Written by: Bill Newman
Bill Newman talks to the members of the Rosamunde Trio about past styles and future directions…
The essence of a great performance is matching skills, preparation, teamwork and balance, so it is no real surprise that a number of chamber groups are claiming top positions among the popularity stakes. Most of them perform regularly at London concert venues, steadily building and spreading their repertoire on a European basis. It brings them glowing praises from audiences and a critical faculty that must welcome the fact that serious music-making has permanently extended its scope and interest into all kinds of territories. This parallels a wonderful industry and opportunities afforded to younger generations of students, professional performers and gifted, first-class musicians on a grand scale.
This is no longer a slow process of evolvement and recognition as in the 1950s-1980s, when performers brought rare glitz and glamour into music lovers’ lives, delighting alter egos and introducing standards of comparison. Today, reputations have finally outgrown commercial boundaries and opportunities for endless exploitation. Musicians are now more adept in running their own careers by combining their resources and expertise in endless globe-trotting, promotional appearances on radio and television and recording works of all kinds.
The Rosamunde Trio, comprising mature musicians, is of more recent origin. Pianist Martino Tirimo and cellist Daniel Veis were already old friends in the 1990s, and their Mendelssohn recording on Supraphon is one of my firm favourites. They had begun to look around for a violinist with whom to form a trio, and Veis had recently met and heard Ben Sayevich. Sayevich was approached and gleefully accepted, and in 2002 the new ensemble came into being. As Tirimo proudly admits: “We are completely different personalities who knit together perfectly when we start playing”. One thinks back to Cortot-Thibaud-Casals and Rubinstein-Heifetz-Piatigorsky, but Tirimo is the musicologist-performer whose complete Schubert Piano Sonatas, based on the Urtext Edition, has brought him world-wide praise and recognition. Likewise his recordings, which include works by Mozart, Debussy, Brahms, Rachmaninov, Chopin, Tippett and Janáček. During eight memorable recitals at London’s Cadogan Hall, Mozart’s mammoth child-to-adult output took on a real freshness to the constant delight of all who attended. I noted Tirimo’s every re-appraisal between these performances and his recordings. “It must and always will be a new approach and challenge each and every time.”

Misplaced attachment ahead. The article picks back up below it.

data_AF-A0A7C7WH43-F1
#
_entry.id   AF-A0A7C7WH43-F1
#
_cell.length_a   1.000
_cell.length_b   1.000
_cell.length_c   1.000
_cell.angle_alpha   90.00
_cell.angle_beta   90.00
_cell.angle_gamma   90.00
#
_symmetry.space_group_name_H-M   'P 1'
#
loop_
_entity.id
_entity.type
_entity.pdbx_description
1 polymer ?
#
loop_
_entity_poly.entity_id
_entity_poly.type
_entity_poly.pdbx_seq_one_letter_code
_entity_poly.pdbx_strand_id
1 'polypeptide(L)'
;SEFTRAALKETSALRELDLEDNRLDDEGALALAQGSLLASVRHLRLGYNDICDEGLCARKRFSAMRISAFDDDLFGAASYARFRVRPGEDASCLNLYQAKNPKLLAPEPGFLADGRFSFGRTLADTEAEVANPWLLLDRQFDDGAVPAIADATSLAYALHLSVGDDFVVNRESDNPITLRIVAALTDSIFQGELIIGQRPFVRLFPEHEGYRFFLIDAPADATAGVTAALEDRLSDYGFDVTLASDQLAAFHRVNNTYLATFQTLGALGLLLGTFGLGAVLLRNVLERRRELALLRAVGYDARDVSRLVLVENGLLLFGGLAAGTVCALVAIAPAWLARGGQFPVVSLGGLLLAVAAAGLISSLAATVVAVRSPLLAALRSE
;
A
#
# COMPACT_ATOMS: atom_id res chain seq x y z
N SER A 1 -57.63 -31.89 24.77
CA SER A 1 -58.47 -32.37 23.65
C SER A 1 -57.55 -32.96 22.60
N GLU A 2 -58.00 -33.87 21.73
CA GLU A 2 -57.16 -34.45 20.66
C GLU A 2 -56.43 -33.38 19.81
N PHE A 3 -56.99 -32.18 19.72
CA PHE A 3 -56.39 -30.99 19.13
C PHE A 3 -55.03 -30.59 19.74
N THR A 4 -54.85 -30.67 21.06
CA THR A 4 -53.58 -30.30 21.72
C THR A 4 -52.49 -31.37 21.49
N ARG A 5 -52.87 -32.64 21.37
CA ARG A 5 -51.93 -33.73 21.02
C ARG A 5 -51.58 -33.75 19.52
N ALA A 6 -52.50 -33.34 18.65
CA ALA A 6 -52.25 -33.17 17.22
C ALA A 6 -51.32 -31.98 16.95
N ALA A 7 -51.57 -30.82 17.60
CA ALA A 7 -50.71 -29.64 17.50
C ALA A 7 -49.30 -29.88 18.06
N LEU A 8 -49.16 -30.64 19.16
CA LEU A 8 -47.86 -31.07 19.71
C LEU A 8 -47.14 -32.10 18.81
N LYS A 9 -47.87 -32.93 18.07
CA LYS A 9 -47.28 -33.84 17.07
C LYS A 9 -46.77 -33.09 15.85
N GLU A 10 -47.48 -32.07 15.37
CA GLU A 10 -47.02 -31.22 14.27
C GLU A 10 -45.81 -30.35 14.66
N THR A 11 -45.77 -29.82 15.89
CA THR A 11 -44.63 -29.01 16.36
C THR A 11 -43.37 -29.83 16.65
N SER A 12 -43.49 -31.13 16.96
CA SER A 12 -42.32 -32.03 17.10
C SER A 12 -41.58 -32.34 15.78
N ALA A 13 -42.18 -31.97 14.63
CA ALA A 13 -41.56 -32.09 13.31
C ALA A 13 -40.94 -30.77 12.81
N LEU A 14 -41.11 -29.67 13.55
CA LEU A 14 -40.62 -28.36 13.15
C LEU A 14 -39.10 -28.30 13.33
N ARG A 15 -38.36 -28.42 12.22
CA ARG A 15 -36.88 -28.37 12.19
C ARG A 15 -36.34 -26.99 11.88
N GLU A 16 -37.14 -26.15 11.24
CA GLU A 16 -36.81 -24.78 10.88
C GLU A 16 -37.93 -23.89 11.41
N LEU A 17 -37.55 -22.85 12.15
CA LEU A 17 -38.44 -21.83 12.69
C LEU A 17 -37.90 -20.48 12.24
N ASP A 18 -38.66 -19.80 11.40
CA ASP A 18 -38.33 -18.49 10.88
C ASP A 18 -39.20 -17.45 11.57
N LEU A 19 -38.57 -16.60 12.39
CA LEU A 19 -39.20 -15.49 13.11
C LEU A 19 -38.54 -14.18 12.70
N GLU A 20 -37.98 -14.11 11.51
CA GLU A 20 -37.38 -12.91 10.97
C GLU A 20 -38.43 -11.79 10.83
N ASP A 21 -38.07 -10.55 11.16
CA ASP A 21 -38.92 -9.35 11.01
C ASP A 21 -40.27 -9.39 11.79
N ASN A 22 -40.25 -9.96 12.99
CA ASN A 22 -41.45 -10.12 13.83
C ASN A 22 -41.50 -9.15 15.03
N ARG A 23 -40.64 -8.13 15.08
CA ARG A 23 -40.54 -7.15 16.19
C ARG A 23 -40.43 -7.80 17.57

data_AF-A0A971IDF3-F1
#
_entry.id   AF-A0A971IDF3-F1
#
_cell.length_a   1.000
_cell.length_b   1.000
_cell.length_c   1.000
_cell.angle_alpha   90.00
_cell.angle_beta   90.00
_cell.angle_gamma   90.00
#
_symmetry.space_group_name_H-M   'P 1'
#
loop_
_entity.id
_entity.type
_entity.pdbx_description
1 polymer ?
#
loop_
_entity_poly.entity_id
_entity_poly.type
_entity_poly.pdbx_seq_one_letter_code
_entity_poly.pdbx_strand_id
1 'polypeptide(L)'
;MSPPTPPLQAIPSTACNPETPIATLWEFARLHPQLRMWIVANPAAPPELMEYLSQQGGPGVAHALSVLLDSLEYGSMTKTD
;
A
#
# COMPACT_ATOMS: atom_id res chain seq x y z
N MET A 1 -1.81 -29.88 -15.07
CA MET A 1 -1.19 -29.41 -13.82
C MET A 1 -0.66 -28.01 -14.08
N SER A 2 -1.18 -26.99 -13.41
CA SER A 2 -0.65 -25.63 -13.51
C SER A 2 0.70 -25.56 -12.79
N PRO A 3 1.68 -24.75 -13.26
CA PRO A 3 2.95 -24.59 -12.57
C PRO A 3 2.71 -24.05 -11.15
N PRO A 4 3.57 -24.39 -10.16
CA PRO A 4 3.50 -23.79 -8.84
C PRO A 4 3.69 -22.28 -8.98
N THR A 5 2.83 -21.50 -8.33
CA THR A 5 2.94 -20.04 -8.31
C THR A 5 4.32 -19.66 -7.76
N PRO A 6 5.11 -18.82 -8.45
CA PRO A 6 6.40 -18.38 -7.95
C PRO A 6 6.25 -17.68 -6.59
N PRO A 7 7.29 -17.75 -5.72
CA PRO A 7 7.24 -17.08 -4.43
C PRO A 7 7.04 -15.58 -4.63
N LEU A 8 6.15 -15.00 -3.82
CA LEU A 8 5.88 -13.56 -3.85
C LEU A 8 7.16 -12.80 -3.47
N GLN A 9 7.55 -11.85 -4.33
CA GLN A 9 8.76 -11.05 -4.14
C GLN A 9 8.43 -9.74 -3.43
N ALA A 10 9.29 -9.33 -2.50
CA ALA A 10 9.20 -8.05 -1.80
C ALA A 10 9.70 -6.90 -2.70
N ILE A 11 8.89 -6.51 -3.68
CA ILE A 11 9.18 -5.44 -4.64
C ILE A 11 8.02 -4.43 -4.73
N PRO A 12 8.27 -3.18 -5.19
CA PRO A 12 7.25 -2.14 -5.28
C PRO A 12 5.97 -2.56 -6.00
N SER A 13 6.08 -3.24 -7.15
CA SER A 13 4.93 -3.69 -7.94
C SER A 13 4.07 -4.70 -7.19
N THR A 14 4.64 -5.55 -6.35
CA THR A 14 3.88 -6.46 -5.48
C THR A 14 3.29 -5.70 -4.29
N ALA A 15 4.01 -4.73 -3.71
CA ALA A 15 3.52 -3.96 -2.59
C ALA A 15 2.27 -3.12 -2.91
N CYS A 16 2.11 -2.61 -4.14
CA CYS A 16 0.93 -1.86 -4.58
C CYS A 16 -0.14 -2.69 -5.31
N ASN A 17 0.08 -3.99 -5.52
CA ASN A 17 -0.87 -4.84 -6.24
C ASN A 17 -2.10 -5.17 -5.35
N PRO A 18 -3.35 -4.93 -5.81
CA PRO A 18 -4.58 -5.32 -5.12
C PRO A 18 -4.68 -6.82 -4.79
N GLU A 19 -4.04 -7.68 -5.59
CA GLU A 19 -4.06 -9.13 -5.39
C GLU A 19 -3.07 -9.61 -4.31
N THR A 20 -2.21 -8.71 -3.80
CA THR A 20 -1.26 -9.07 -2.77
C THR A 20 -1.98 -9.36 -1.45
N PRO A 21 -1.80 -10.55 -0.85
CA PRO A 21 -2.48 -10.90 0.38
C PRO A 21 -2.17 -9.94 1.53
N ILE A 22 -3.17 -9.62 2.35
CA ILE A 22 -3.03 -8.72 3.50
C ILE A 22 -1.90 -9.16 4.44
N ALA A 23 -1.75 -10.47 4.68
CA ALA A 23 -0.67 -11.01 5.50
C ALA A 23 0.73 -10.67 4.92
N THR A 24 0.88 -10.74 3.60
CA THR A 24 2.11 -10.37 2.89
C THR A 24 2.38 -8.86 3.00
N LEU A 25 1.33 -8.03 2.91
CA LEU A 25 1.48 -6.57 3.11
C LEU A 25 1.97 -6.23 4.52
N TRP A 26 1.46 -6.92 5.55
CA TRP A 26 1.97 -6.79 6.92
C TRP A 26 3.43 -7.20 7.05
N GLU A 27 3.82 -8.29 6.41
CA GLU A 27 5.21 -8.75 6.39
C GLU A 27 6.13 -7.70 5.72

Martino and I had known one another for a long period. Ben and Daniel I had only talked with after their trio’s performances, the first opportunity coming at a private house off Langham Place (in Central London). The programme: Haydn’s ‘Gypsy Rondo’ Trio, Brahms in C major, Opus 87 and Schubert in B flat. I raved about everything except the Schubert, which I found heavy and lacking in nuance. Their faces registered dismay.
Subsequently they reprogrammed it with other works in a University College London lunchtime concert. Wonderful! Ben was stern and quizzical: “I don’t understand. You didn’t like it last time we played it”. I explained why I did, second time round, and when he pretended to walk away Martino furiously whispered: “Don’t you agree that we are improving each time you listen?” Something of an understatement seeing that I was beginning to worship the space they occupied when performing. The ice was completely broken. Subsequently came the first of two concerts at Conway Hall. Early afternoon, I had listened to the Guarnieri Trio broadcast from the Wigmore Hall and thought the musicians musical but rather tired. In contrast, the Rosamunde’s evening event was a revelation with Dvořák’s Trio in F minor (Opus 65) outstanding.
Ben is Lithuanian-Israeli, a damn nice guy with an impish countenance and a razor-sharp mind. Daniel produced an enlarged photo of him when they first met which showed a Capone-like allegiance. “Honestly, could I seriously regard him as a musician?” A pupil of Dorothy DeLay, Eric Rosenblith (with fondness and reverence) and Louis Krasner, Ben was singled out by the dedicatee of the Berg Violin Concerto to perform the work. How? “Oh, Krasner started to play bits and pieces – this sonata, that concerto, short salon favourites, even one of his own improvisations – telling me to think about their phrasing and expression. He worked towards handling various episodes in the Berg to get a gradual feel for the music itself, adding that he considered me the man for the job…”. Sayevich was soloist at the Boston Festival in celebration of the composer’s 100th-birthday. He performs on a J.B. Villaume instrument (Paris, 1847), is currently leader of the Accorda Quartet and a professor at Kansas University.